– The initiative to establish a Global Panel on Systemic Risks in the World Economy, following the model of the Intergovernmental Panel on Climate Change, bringing together academics, civil society and policy makers. 

– The decision to upgrade the Committee of Experts on International Cooperation on Tax Matters to an intergovernmental Commission on Tax Matters as a functional commission of ECOSOC by the end of 2009. 

– The political commitment to introduce an internationally coordinated Financial Transaction Tax in order to mobilize additional resources for a short-term Global Stimulus Fund and the longer-term implementation of the Internationally Agreed Development Goals, including the MDGs. 

– The establishment of a Global Economic Coordination Council within the UN system. 

– The decision to review the Agreement between the UN and the Bretton-Woods-Institutions (BWIs) in order to enhance coordination and policy coherence by integrating the BWIs as specialized agencies completely into the UN system. 

10. We call upon governments not to take procedural arguments as an excuse to further delaying the substantive negotiations on the urgently needed global policy responses to the current crisis. 

Jens Martens and James Paul, Global Policy Forum 
Roberto Bissio, Social Watch 
Beverly Keene, Jubilee South 
Andrea Baranes and Antonio Tricarico, Campagna per la Reforma della Banca Mondiale 
Mirjana Dokmanovic, Women and Development Europe (WIDE) 
Gigi Francisco, Development Alternatives wirh Women for a New Era (DAWN) 
Patricia Blankson Akakpo, Network for Women’s Rights in Ghana (NETRIGHT) and ABANTU for Development (ROWA) 
Josep Xercavins i Valls 
Philo Morris, Medical Mission Sisters 
Aldo Caliari, Center of Concern 
Rudy De Meyer, 11.11.11 
Verena Winkler and Simon Stocker, Eurostep 
Eva Friedlander, IWAC, the International Women’s Anthropology Conference 
Luke Fletcher, Jubilee Australia 
Anne Jellema, Action Aid 
Mark Herkenrath, Alliance Sud, Switzerland 
Klaus Schilder, terre des hommes Germany 
Magaly Pineda, CIPAF, Rep.Dominicana 
Feminist Task Force of the Global Call to Action against Poverty 
Arjun Karki, LDC Watch 
Sarba Khadka, South Asia Alliance for Poverty Eradication-SAAPE 
Mana Dahal Rural Reconstruction Nepal-RRN 
Edward Oyugi, Social Development Network, Nairobi, Kenya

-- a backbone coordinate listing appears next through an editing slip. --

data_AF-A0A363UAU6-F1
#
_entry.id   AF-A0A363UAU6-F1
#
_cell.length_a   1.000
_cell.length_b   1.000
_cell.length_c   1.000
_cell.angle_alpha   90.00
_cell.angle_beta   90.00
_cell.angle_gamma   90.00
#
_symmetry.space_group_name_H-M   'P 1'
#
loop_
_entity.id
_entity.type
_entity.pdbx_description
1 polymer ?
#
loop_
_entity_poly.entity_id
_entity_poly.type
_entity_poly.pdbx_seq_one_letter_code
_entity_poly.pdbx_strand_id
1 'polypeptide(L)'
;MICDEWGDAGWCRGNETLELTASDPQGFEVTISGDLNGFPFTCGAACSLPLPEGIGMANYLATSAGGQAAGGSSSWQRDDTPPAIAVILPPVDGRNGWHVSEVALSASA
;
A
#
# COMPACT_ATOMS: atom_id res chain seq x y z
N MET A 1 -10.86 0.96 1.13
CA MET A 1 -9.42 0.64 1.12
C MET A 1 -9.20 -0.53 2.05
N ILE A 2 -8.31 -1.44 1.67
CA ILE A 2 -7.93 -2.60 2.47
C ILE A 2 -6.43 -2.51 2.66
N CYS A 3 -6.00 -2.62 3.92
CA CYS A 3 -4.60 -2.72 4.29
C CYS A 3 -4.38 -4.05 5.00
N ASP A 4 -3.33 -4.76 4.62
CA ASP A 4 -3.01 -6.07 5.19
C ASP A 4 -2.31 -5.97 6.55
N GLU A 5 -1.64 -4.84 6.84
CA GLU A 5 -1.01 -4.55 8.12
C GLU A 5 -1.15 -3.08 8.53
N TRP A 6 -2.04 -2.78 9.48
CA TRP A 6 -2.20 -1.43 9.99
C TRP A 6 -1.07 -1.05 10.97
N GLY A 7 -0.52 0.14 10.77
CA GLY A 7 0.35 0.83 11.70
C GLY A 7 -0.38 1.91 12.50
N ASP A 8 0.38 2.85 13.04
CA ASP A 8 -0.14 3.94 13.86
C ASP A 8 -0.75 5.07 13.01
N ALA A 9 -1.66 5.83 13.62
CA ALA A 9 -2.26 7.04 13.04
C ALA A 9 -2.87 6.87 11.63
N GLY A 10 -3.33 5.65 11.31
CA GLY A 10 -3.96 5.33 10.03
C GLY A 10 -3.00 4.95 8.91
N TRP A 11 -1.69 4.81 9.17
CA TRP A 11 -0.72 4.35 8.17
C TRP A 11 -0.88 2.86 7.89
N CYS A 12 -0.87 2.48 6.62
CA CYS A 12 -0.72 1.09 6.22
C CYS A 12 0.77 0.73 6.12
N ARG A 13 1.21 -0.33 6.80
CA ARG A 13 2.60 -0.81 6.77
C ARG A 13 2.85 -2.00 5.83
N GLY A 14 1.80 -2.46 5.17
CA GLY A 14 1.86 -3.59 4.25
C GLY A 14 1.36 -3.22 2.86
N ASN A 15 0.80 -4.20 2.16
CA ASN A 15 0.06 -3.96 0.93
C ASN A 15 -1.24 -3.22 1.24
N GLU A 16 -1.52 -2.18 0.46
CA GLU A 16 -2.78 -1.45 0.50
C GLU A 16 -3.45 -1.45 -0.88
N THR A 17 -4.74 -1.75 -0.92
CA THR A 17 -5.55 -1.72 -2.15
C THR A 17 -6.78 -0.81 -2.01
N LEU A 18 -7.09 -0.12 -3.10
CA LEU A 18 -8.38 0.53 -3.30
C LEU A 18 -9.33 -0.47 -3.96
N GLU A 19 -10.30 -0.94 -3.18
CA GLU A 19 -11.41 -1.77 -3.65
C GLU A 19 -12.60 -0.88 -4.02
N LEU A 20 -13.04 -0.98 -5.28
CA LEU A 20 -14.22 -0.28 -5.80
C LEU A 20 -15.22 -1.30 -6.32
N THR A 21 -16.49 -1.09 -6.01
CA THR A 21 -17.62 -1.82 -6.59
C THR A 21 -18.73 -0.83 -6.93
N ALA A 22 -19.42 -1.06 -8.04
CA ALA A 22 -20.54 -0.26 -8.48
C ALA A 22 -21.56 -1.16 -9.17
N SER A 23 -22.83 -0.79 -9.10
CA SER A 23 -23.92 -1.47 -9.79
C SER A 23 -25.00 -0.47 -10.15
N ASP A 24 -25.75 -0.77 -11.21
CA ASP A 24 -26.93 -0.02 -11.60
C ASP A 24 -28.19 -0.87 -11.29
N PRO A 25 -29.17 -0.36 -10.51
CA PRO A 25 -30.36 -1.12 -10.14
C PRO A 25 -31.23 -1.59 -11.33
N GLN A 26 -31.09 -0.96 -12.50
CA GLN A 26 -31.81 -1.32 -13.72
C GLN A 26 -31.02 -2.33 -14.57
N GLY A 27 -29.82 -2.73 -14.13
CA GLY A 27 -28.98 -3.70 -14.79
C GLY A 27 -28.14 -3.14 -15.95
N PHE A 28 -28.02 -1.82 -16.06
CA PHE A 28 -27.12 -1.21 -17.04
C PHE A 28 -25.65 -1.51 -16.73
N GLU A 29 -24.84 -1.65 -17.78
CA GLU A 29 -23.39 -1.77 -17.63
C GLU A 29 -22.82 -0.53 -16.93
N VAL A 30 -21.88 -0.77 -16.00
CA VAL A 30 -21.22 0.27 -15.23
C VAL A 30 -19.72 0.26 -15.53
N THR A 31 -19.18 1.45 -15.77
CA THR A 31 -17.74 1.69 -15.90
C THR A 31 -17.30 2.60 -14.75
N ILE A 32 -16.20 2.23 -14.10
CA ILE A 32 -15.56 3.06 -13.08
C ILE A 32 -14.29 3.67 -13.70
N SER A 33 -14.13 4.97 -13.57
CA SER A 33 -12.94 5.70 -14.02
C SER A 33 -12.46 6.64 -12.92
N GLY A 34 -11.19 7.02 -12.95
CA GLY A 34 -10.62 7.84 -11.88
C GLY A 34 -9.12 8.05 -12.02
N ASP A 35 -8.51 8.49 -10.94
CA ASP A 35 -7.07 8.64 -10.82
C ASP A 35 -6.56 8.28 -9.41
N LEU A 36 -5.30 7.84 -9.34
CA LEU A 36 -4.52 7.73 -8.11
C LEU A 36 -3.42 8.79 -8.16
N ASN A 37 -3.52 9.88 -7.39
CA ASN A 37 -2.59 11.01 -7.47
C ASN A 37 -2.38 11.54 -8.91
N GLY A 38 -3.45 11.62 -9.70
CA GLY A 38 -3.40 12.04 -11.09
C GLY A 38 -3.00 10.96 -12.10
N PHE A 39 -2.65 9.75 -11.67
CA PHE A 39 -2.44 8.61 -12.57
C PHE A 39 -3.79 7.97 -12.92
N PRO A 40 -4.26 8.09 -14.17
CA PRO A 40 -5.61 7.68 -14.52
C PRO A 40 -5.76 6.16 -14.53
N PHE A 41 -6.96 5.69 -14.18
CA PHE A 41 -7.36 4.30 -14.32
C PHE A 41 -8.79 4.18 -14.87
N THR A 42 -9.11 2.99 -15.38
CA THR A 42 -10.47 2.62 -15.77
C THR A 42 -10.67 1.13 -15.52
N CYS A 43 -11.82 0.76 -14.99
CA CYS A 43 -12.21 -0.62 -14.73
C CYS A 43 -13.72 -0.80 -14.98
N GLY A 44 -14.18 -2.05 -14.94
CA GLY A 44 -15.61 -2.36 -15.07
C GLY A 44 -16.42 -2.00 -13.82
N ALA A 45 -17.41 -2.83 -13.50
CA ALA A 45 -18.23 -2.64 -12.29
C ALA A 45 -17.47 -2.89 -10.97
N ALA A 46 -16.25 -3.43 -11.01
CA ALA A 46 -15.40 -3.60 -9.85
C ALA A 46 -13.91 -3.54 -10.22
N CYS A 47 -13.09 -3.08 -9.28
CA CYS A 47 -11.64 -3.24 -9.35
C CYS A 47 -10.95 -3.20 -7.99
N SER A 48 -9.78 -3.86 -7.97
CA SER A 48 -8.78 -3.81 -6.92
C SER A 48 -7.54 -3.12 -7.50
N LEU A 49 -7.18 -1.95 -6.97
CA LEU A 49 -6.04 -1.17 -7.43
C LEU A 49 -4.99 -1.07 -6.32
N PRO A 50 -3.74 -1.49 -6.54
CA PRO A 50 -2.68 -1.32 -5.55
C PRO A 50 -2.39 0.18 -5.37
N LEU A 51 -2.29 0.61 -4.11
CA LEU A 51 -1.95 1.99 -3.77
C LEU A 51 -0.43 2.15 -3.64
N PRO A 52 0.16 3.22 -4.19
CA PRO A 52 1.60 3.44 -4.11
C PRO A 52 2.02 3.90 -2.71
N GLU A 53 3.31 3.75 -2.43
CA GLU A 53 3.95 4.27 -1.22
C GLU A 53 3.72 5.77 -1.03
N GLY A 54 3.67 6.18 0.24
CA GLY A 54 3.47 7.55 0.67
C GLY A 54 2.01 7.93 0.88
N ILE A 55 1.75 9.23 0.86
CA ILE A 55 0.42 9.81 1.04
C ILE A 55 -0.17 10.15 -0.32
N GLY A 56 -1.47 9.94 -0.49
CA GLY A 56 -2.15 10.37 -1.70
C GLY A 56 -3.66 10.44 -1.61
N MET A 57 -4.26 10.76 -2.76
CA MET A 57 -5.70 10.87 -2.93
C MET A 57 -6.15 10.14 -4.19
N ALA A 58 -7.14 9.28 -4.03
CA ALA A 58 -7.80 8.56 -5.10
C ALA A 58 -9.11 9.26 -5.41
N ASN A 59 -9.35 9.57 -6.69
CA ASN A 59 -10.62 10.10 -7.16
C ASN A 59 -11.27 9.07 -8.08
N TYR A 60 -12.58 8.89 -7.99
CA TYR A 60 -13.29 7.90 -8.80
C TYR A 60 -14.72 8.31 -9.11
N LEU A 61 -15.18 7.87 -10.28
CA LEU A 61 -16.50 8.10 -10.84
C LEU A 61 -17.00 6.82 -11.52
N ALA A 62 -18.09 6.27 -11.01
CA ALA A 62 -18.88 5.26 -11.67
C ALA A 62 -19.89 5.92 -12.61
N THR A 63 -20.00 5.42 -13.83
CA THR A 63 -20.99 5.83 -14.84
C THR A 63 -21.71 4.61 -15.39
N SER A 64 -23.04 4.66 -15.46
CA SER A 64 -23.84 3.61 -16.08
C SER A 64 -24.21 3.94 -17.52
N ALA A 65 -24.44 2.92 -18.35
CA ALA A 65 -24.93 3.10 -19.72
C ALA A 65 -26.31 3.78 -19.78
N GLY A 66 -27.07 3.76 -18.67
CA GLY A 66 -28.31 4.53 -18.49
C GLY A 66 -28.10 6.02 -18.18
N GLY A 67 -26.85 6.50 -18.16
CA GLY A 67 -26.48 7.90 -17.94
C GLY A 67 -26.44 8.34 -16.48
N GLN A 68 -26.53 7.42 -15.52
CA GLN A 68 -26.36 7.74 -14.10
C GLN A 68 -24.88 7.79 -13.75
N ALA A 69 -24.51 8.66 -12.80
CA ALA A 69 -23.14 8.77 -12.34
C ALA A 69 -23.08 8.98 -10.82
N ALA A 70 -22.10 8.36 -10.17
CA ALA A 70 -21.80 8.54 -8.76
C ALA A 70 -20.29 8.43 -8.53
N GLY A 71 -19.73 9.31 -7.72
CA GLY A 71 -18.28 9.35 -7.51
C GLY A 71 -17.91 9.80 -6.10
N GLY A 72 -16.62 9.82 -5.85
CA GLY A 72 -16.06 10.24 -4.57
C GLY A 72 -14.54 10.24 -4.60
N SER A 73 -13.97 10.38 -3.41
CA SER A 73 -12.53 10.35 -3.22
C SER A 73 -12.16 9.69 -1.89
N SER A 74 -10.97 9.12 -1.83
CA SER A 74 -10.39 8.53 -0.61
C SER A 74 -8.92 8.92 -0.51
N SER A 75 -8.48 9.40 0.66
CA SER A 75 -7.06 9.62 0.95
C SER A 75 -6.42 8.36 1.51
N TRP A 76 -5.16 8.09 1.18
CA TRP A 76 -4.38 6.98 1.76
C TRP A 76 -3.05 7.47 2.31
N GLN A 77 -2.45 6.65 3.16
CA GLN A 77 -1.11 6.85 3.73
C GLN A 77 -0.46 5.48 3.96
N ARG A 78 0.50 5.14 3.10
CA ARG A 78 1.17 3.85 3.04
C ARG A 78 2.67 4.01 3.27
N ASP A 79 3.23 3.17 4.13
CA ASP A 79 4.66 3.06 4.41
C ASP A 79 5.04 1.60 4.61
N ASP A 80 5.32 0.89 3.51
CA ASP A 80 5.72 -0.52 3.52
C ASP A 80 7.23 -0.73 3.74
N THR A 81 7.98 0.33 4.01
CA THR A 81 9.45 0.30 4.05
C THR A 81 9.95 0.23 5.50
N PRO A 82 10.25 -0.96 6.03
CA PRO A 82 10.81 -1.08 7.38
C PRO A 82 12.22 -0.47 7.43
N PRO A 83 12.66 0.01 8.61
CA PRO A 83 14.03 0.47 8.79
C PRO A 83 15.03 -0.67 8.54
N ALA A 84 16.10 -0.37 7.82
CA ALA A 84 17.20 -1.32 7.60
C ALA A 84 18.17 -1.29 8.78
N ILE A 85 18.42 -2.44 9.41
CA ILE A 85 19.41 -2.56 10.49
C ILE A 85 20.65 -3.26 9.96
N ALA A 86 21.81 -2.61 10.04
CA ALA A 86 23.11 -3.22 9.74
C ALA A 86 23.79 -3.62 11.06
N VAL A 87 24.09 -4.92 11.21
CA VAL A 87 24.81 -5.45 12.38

Oksana Kisselyova, Liberal Society Institute, Ukraine 
Cartas A. Kapele, Children Education Society (CHESO), DAR ES SALAAM – TANZANIA 
Fernanda Carvalho, IBASE – Brazilian Institute for Social and Economic Analysis 
European Network on Debt and Development (EURODAD) 
ATTAC Hungary 
Milan Smrz, Czech section of Eurosolar 
Joseph M. Sammut, Social Watch, Malta 
Christine Andela – COSADER (Collectif des ONG pour la Sécurité Alimentaire et le Développement Rural) – Cameroun 
Marta Benavides – Instituto Internacional de Cooperación entre Pueblos (IICP) – El Salvador 
GCAP – Sudan 
Jubilee Debt Campaign (UK) 
Tom Kucharz, Ecologistas en Acción (Spain) 
Transnational Institute 
Institute for Policy Studies, Global Economy Project 
Dr. Hassan Abdel Ati – National Civic Forum – Sudan 
Malgorzata Tarasiewicz – Network of East-West Women, NEWW-Polska 
AWID (Association for Women¹s Rights in Development) 
Rede Brasil sobre Instituições Financeiras Multilaterais 
Marek Hrubec, Centre of Global Studies, Czech Republic 
Zelená Pro Planetu, Czech Republic 
Henri Valot, Policy Advisor CIVICUS: World Alliance for Citizen Participation 
Professor Aijaz Qureshi: Social Watch Pakistan- IDF 
Zulfiqar Halepoto- Sindh Democratic Forum (SDF) and Social Watch Pakistan 
Nazeer Memon- Sindh Agriculture Forum 
Abrar Kazi – SDF- water expert and technocrat 
Rural Reconstruction Nepal (RRN) 
Public Finance Monitoring Center 
Women’s Working Group on Financing for Development 
Egyptian Association For Community Participation Enhancement (EACPE) 
CARDET, Cyprus 
National Social Watch Coalition – India 
Action for Economic Reforms 
Philippine Rural Reconstruction Movement (PRRM) 
Arab NGO Network for Development (ANND) 
Ziad Abdel Samad